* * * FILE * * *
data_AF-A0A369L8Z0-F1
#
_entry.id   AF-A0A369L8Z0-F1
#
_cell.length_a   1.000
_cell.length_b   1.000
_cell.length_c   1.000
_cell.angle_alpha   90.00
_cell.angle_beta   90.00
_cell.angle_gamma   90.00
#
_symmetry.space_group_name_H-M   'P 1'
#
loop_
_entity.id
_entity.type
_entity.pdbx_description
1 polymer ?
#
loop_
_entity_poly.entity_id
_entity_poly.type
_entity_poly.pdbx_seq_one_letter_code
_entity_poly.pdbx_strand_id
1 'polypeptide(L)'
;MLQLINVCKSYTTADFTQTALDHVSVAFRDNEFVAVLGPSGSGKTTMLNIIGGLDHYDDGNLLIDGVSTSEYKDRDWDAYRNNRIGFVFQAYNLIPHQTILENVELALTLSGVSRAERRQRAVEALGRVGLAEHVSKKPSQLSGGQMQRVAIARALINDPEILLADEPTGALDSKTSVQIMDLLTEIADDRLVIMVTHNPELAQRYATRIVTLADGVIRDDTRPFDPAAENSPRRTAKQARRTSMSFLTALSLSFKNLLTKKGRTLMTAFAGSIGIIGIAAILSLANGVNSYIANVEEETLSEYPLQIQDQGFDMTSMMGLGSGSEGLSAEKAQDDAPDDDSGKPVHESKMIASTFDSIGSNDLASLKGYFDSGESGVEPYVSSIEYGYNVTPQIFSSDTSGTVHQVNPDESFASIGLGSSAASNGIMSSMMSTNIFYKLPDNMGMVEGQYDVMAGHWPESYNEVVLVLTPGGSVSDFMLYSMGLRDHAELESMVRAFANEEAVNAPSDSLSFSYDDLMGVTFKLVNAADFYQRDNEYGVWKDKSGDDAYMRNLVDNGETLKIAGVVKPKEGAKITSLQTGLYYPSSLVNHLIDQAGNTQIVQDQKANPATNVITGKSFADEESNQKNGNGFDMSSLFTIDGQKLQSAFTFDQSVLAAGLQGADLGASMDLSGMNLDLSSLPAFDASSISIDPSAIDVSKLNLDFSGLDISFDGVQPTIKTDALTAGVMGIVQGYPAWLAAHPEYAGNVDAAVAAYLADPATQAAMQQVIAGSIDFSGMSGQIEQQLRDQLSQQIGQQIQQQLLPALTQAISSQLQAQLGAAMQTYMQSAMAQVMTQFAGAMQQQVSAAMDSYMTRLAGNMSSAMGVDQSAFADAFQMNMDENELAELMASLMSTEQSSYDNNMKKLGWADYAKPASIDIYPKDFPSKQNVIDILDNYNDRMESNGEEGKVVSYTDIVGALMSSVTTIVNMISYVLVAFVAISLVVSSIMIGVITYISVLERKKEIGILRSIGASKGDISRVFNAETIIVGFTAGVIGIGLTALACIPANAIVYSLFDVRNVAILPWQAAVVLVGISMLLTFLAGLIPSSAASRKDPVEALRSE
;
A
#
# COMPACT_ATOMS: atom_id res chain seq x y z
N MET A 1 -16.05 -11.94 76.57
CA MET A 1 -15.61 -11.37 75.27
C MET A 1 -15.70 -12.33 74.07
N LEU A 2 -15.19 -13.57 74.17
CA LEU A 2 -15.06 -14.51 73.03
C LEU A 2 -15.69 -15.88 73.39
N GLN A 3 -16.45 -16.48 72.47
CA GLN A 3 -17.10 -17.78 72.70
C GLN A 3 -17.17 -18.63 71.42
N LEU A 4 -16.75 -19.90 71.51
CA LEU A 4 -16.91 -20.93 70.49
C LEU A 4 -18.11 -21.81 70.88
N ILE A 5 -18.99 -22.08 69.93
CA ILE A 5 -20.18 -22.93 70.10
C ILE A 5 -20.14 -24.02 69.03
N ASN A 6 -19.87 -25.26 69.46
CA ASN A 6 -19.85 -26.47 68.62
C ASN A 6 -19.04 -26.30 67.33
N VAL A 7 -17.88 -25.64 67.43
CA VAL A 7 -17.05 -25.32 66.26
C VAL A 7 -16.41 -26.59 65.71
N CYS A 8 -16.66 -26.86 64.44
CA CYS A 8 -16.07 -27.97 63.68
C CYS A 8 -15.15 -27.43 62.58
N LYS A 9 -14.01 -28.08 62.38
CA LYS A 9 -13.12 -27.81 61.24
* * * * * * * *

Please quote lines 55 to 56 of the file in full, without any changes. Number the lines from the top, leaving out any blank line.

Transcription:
N LYS A 9 -14.01 -28.08 62.38
CA LYS A 9 -13.12 -27.81 61.24